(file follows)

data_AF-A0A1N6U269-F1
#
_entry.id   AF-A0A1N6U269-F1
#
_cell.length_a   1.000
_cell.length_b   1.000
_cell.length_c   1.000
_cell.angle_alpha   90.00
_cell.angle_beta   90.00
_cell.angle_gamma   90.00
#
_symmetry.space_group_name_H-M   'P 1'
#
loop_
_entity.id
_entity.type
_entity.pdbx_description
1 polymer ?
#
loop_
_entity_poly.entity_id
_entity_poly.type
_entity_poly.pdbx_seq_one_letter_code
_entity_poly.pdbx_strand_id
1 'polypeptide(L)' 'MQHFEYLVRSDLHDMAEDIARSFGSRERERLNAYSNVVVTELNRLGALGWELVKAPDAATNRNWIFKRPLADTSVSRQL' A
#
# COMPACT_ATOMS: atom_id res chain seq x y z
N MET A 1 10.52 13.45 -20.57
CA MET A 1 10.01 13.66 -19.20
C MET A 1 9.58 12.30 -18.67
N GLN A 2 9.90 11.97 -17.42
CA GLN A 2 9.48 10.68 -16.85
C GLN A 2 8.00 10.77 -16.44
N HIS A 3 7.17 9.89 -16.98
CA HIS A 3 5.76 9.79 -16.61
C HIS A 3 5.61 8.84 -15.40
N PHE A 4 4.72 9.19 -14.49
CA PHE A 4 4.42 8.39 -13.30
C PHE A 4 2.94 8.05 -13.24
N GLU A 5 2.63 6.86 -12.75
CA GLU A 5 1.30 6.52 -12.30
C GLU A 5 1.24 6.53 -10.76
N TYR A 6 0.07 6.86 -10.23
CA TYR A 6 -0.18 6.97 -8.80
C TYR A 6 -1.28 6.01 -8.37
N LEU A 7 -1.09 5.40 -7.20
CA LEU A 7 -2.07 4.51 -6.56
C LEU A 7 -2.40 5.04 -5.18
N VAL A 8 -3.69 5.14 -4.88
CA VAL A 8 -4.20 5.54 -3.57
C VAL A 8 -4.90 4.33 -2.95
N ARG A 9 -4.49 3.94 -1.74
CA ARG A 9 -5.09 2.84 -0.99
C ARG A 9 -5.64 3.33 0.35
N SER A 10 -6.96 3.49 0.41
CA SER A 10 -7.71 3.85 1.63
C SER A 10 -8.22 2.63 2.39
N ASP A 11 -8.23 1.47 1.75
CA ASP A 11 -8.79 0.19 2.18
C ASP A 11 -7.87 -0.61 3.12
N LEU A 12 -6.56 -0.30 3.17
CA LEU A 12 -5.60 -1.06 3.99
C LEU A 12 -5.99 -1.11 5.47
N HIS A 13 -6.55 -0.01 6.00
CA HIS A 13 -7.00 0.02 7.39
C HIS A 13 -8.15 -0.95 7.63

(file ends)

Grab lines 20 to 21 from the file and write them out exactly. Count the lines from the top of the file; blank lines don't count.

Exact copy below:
loop_
_entity_poly.entity_id